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Sentencing: Procedural Protection

What Factors—and Facts—may Be Considered At Sentencing?

Given the sharply reduced procedural protections that are available at sentencing, a good deal turns on the question whether particular facts will be established at the trial or only at the sentencing phase. The Supreme Court has considered this issue in a series of cases that vary somewhat in their analysis, but taken together establish that the legislature has a wide range of discretion in deciding whether to designate a particular fact as an element of the offense or as merely a sentencing factor.

In McMillan v. Pennsylvania, the Supreme Court held that the legislature ordinarily has the discretion to designate certain facts as an element of the offense (which must be proven beyond a reasonable doubt at trial) or as a sentencing factor (which may be proven by a preponderance at the sentencing phase). The Court noted, however, that due process might be violated in a case where the sentencing factor increased punishment out of proportion to the offense of conviction (where the "tail" of sentencing "wagged the dog" of the offense of conviction). In one sense, McMillan was an easy case: it involved setting the sentence within the range provided for by the offense of conviction, not increasing the sentence above that range. In Almendarez-Torres v. United States, 523 U.S. 224 (1998), a sharply divided Supreme Court extended McMillan to a case where the facts at issue were used to subject the defendant to a significantly enhanced sentence. Based upon this decision, it appeared that the legislatures had virtually unfettered discretion to designate particular facts as elements of a crime or merely sentencing factors.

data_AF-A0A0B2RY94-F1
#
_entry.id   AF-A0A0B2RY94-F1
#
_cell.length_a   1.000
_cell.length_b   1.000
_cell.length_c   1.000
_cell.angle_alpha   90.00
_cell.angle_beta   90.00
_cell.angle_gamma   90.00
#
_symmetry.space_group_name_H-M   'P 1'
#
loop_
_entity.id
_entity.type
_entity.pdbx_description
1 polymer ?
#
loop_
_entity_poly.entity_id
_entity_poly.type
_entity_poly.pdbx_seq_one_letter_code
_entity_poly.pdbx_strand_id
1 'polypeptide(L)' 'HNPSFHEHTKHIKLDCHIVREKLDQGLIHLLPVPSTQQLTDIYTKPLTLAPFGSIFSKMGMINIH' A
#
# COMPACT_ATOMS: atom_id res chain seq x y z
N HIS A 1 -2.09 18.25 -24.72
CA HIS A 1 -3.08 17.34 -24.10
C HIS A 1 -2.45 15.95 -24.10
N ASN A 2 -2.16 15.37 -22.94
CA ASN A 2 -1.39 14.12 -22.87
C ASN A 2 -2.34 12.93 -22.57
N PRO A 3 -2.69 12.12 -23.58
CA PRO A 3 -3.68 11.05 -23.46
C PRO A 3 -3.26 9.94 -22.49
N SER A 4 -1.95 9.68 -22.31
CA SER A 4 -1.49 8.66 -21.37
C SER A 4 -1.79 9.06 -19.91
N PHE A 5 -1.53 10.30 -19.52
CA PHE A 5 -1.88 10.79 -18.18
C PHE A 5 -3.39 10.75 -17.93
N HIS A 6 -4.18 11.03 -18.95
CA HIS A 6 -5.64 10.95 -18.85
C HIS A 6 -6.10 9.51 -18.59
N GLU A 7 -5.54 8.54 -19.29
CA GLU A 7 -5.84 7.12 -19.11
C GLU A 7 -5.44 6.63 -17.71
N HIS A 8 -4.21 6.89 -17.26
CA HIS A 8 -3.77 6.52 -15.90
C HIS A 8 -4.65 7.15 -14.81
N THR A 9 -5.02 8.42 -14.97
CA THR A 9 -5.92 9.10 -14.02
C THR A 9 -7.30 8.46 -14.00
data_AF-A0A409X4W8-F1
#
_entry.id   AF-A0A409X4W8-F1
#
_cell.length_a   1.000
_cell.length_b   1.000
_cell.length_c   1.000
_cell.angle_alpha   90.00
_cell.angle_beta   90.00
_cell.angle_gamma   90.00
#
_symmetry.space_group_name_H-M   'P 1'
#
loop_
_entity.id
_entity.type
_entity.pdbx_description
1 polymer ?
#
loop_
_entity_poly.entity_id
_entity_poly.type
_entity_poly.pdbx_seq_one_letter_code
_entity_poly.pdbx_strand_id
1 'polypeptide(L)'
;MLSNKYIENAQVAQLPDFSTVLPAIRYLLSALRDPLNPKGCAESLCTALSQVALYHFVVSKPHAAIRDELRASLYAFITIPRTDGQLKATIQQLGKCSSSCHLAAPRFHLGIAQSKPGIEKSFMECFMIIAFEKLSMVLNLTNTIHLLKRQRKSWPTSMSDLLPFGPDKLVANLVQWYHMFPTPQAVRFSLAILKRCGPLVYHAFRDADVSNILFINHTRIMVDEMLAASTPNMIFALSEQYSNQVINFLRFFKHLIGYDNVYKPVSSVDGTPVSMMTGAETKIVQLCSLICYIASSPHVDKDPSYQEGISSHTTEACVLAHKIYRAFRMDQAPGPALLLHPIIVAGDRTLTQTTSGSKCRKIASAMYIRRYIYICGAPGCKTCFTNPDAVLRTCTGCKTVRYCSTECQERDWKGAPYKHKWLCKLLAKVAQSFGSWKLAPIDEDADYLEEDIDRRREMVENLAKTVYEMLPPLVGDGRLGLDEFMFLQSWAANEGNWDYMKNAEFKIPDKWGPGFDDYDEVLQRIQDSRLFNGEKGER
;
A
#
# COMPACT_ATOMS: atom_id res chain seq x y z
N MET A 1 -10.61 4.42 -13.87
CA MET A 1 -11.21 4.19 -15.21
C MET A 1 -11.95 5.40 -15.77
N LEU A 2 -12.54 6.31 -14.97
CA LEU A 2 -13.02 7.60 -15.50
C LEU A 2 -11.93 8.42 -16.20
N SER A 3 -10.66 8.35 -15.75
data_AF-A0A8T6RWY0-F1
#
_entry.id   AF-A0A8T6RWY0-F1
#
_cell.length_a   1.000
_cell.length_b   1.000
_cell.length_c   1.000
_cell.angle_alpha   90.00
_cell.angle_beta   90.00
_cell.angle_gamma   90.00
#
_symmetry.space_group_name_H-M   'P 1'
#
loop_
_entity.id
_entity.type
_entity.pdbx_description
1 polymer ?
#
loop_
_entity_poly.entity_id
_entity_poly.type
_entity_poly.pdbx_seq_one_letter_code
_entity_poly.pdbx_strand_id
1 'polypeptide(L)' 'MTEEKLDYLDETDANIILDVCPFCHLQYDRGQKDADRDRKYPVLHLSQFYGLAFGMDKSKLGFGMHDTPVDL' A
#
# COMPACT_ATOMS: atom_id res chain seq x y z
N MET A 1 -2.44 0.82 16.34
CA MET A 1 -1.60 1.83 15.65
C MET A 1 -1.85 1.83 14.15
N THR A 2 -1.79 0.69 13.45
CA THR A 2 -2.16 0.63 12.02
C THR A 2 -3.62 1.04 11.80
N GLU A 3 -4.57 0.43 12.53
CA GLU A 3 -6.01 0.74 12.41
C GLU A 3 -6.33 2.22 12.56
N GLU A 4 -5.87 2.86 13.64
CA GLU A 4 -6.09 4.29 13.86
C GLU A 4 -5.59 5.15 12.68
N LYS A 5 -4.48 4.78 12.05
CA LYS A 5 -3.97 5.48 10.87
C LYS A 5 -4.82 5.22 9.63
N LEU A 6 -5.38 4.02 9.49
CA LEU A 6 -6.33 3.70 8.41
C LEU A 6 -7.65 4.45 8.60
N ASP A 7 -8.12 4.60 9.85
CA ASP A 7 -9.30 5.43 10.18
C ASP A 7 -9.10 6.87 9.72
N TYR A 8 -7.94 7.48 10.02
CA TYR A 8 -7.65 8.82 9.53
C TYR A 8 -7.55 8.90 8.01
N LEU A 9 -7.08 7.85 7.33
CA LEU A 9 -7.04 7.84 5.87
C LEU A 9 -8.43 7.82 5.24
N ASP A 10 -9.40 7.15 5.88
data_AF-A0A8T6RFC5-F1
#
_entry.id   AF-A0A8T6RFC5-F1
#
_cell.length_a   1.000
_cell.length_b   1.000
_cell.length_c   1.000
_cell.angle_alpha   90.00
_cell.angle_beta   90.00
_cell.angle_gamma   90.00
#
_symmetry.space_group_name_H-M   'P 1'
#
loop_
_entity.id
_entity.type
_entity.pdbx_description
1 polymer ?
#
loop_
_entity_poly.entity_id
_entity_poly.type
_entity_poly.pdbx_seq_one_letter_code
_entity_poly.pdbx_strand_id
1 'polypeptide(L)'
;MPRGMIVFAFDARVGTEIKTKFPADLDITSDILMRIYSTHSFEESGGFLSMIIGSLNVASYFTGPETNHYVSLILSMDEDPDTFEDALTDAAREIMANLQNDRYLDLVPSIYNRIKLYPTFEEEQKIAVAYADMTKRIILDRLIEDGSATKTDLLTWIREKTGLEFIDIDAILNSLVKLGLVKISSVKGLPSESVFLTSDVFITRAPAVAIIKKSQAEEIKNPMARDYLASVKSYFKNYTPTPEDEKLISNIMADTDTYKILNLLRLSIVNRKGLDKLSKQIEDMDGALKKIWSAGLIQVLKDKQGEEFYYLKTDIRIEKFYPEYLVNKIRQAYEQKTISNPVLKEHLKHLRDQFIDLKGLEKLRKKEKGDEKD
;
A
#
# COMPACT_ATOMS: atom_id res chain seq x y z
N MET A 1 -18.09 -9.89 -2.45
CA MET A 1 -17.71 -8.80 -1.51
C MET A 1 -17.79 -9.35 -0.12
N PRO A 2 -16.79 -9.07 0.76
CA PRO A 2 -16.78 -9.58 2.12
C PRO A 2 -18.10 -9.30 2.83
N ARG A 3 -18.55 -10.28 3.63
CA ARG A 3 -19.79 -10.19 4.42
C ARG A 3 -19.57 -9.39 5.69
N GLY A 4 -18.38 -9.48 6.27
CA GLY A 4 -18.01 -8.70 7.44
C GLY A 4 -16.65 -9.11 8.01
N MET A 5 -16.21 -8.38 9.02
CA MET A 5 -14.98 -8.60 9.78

However, in Jones v. United States, 526 U.S. 227 (1999), a different five-justice majority stated a sharply different view that would impose some limitations on legislative discretion. Writing for the majority, Justice David Souter stated—in dicta—that the due process clause of the Fifth Amendment and the notice and jury trial provisions of the Sixth Amendment require that "any fact (other than prior conviction) that increases the maximum penalty for a crime must be charged in an indictment, submitted to a jury, and proven beyond a reasonable doubt" (p. 243, n.6). If the Court follows the Jones dicta in later cases, it will allow the legislature largely unfettered leeway in designating certain facts as sentencing factors, rather than elements defining the crime, as long as those facts merely determine the sentence within the general sentencing range. Thus if the sentence for robbery is two to ten years, the legislature may provide that an offender who used a firearm shall receive any sentence up to and including ten years. However, if the fact in question is used to increase the sentencing range to more than ten years, then under Jones the facts in question must be treated as elements, at least to the extent that they must be charged in the indictment, and proved beyond a reasonable doubt at trial before a jury.

Given the shifting 5–4 majorities in Almendarez-Torres and Jones, it seems likely that this issue will be the subject of additional consideration in both the Supreme Court and the lower courts.

Additional topics

Law Library - American Law and Legal InformationCrime and Criminal LawSentencing: Procedural Protection - Constitutional Requirements At Sentencing, Constitutional Protections That Are Not Applicable At Sentencing, The Critique Of Williams And Its Progeny